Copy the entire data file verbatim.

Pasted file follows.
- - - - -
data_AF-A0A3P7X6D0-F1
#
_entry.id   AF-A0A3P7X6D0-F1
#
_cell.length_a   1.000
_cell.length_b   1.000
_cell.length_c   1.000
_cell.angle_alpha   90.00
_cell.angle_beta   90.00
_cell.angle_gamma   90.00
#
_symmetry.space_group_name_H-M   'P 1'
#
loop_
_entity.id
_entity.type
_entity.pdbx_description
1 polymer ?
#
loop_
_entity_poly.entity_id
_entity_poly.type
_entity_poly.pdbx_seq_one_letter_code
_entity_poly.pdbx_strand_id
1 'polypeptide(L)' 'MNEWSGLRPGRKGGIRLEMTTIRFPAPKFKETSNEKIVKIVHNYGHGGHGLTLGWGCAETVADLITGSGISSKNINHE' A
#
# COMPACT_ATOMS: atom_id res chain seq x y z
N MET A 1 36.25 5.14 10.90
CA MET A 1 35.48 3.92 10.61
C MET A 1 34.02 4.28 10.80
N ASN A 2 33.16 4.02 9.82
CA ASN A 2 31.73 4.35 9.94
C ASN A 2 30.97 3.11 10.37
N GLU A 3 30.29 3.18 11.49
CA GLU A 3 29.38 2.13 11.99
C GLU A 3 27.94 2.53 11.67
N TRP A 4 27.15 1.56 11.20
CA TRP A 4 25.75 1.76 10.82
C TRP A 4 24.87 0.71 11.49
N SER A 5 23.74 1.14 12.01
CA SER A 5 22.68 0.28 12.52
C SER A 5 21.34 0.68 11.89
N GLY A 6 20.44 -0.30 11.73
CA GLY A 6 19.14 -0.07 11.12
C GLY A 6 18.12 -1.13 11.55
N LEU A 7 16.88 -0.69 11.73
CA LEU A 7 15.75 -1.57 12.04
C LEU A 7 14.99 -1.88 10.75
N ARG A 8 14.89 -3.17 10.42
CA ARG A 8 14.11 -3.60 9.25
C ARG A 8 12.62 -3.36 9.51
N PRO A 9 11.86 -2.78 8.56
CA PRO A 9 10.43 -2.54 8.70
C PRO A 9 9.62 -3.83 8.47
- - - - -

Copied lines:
data_AF-A0A3P7X6D0-F1
#
_entry.id   AF-A0A3P7X6D0-F1
#
_cell.length_a   1.000
_cell.length_b   1.000
_cell.length_c   1.000
_cell.angle_alpha   90.00
_cell.angle_beta   90.00
_cell.angle_gamma   90.00
#
_symmetry.space_group_name_H-M   'P 1'
#
loop_
_entity.id
_entity.type
_entity.pdbx_description
1 polymer ?
#
loop_
_entity_poly.entity_id
_entity_poly.type
_entity_poly.pdbx_seq_one_letter_code
_entity_poly.pdbx_strand_id
1 'polypeptide(L)' 'MNEWSGLRPGRKGGIRLEMTTIRFPAPKFKETSNEKIVKIVHNYGHGGHGLTLGWGCAETVADLITGSGISSKNINHE' A
#
# COMPACT_ATOMS: atom_id res chain seq x y z
N MET A 1 36.25 5.14 10.90
CA MET A 1 35.48 3.92 10.61
C MET A 1 34.02 4.28 10.80
N ASN A 2 33.16 4.02 9.82
CA ASN A 2 31.73 4.35 9.94
C ASN A 2 30.97 3.11 10.37
N GLU A 3 30.29 3.18 11.49
CA GLU A 3 29.38 2.13 11.99
C GLU A 3 27.94 2.53 11.67
N TRP A 4 27.15 1.56 11.20
CA TRP A 4 25.75 1.76 10.82
C TRP A 4 24.87 0.71 11.49
N SER A 5 23.74 1.14 12.01
CA SER A 5 22.68 0.28 12.52
C SER A 5 21.34 0.68 11.89
N GLY A 6 20.44 -0.30 11.73
CA GLY A 6 19.14 -0.07 11.12
C GLY A 6 18.12 -1.13 11.55
N LEU A 7 16.88 -0.69 11.73
CA LEU A 7 15.75 -1.57 12.04
C LEU A 7 14.99 -1.88 10.75
N ARG A 8 14.89 -3.17 10.42
CA ARG A 8 14.11 -3.60 9.25
C ARG A 8 12.62 -3.36 9.51
N PRO A 9 11.86 -2.78 8.56
CA PRO A 9 10.43 -2.54 8.70
C PRO A 9 9.62 -3.83 8.47